6. I am no expert on such things, but it seems to me that one needs a method to discern metaphorical talk from literal talk; else one can allegorize everything including the resurrection as not being literal but spiritual. Then one ends up like Bultmann trying to demythologize the Bible to find the core of spiritual truth within it. I like what Geisler has said about interpretations, “if the plain sense makes good sense then look for no other sense least you end in nonsense”. If Ezekiel was meant to be taken symbolically would it have not been clearer just to have had him see a glorious vision of the temple without measuring every wall, and the size of every gate? How do such measurements add to the vision of a symbolic glorious temple?

    Perhaps I am wrong but it seems that Dr. Brown was saying in volume 2, that the individual’s perspective influences how a given vision is interpreted. That is, since Ezekiel was a priest restoration was seen in terms of a new temple, as “…for him nothing could be more glorious than a restored Temple. And for a priest like Ezekiel, nothing could more certainly speak of purification and atonement than blood sacrifices” (Vol. 2 p177). I find in this thinking echoes of conventionalism where the recipient of information gives it meaning, rather than the meaning coming from the original meaner. It seems if God wanted Ezekiel to say, someday the temple will be replaced by a temple made up of the Lord’s people, He could have conveyed this more directly.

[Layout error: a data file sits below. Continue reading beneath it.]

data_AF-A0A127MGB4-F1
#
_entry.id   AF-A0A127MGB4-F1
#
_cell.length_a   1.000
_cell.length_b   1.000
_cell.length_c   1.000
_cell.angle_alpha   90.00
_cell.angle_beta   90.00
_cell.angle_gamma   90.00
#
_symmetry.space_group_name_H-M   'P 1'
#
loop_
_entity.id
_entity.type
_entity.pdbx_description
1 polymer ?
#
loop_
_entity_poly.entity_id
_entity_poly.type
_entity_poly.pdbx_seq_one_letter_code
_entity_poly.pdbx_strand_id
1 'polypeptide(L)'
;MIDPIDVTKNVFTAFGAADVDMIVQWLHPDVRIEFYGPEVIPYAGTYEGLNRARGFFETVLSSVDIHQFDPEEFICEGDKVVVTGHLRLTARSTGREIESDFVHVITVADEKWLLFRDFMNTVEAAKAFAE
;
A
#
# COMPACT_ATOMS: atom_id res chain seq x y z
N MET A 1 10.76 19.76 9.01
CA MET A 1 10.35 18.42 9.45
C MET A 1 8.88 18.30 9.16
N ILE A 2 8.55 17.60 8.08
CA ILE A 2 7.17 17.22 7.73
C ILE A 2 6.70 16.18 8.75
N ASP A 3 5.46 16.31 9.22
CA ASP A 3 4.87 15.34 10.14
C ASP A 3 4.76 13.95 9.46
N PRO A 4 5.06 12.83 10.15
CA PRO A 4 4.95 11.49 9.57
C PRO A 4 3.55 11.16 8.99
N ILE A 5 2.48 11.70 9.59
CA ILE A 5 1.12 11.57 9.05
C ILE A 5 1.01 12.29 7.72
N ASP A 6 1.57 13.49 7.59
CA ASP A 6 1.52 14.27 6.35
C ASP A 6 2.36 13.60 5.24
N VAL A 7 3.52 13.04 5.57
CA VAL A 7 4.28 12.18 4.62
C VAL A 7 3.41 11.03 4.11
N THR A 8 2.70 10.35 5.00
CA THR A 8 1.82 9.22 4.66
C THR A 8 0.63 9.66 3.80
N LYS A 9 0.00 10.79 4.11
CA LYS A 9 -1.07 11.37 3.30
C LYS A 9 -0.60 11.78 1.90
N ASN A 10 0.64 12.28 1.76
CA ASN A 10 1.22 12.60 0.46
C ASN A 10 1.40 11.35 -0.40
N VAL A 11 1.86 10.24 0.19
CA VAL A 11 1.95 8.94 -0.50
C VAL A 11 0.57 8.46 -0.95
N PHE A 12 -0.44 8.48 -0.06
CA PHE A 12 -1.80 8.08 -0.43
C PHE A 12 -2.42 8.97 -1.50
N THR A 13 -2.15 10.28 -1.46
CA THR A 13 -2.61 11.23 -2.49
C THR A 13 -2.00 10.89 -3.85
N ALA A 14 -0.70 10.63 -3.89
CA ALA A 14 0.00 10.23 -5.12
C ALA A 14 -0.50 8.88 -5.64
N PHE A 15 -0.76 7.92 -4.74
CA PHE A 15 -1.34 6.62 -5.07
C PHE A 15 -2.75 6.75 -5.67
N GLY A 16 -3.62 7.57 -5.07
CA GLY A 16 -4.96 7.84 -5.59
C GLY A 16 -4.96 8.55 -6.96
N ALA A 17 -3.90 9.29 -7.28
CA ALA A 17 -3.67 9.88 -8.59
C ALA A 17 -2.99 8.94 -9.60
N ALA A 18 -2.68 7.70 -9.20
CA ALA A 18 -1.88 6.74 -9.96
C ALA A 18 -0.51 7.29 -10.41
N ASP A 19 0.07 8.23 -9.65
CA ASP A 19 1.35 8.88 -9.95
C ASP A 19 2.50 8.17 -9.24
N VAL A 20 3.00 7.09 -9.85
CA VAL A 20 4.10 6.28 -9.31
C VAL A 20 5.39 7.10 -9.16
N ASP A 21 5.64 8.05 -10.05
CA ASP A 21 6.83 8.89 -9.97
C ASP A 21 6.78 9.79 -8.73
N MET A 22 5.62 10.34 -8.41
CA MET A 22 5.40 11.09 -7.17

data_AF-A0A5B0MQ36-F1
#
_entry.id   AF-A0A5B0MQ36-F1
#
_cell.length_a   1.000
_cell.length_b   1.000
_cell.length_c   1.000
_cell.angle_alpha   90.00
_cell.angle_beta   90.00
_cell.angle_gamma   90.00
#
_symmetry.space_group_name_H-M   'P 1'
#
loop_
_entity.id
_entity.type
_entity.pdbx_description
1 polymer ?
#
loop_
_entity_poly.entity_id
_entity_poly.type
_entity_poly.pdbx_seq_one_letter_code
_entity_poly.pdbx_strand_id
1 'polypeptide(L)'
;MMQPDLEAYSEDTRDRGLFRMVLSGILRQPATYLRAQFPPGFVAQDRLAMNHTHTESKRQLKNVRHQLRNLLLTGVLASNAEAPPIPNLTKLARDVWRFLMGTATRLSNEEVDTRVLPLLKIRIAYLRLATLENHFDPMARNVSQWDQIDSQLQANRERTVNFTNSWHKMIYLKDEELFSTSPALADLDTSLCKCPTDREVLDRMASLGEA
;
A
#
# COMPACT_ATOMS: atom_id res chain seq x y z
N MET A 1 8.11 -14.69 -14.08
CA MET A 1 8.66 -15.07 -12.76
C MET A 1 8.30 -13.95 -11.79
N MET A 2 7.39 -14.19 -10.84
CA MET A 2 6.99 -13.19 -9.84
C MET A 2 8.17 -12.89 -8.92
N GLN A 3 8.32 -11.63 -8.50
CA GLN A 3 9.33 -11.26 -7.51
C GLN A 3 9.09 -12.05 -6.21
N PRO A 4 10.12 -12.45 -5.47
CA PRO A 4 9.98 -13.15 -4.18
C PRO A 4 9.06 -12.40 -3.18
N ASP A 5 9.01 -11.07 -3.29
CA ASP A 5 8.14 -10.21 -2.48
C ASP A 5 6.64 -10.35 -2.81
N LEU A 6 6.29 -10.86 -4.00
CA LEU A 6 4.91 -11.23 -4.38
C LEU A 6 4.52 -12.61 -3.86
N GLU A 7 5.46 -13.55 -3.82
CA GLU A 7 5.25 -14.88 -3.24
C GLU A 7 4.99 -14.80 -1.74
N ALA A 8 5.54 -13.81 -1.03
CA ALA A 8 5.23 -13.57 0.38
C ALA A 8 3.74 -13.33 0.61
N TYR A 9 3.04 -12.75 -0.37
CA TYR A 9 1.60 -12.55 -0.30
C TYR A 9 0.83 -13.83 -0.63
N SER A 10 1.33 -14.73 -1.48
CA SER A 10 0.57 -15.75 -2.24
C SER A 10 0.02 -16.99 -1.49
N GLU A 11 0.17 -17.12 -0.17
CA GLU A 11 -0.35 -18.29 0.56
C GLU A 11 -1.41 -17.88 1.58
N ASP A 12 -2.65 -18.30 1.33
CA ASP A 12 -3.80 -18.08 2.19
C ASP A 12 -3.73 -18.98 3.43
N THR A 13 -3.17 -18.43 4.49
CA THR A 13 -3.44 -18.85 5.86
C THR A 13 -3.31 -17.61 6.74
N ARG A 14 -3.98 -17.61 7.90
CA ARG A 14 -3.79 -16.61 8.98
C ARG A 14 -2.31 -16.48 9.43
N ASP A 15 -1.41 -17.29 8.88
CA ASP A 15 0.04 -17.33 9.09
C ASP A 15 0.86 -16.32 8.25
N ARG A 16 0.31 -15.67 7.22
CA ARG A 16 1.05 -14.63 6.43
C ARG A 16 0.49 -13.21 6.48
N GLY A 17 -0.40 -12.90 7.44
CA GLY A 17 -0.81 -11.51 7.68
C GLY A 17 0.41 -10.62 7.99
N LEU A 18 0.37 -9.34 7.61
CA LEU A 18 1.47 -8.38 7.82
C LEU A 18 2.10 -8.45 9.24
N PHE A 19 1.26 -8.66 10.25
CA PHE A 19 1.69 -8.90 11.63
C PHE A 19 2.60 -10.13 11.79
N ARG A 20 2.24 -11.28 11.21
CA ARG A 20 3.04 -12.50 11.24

Dr. Brown is correct what one says is limited by the language of the time. But, I also find the sections of Ezekiel’s end times vision involving horses and swords and burning of wood for fuel to be problematic when viewed from modern times. It seems that more generic language such as weapons or “strange weapons never seen before” could have conveyed the end times scenario without resulting in this interpretive difficulty. In fact, predicting new weapons unlike any in the day would have made the prediction even more amazing.

    I am just a layman, so perhaps I just don’t have the sophistication to appreciate the rational for the symbolic view. Any thoughts? Perhaps Dr. Brown can give us other rules of thumb for discerning the literal from the symbolic in the Bible without falling into the trap of picking and choosing which is which such that even the resurrection may be allegorized.

  7. Hello dr. Brown,
    please when you labeled Delitzsch’s commentary of Isaiah as your favorite you tought the one from 10 vol. set or the “Biblical commentary on the prophecies of Isaiah”?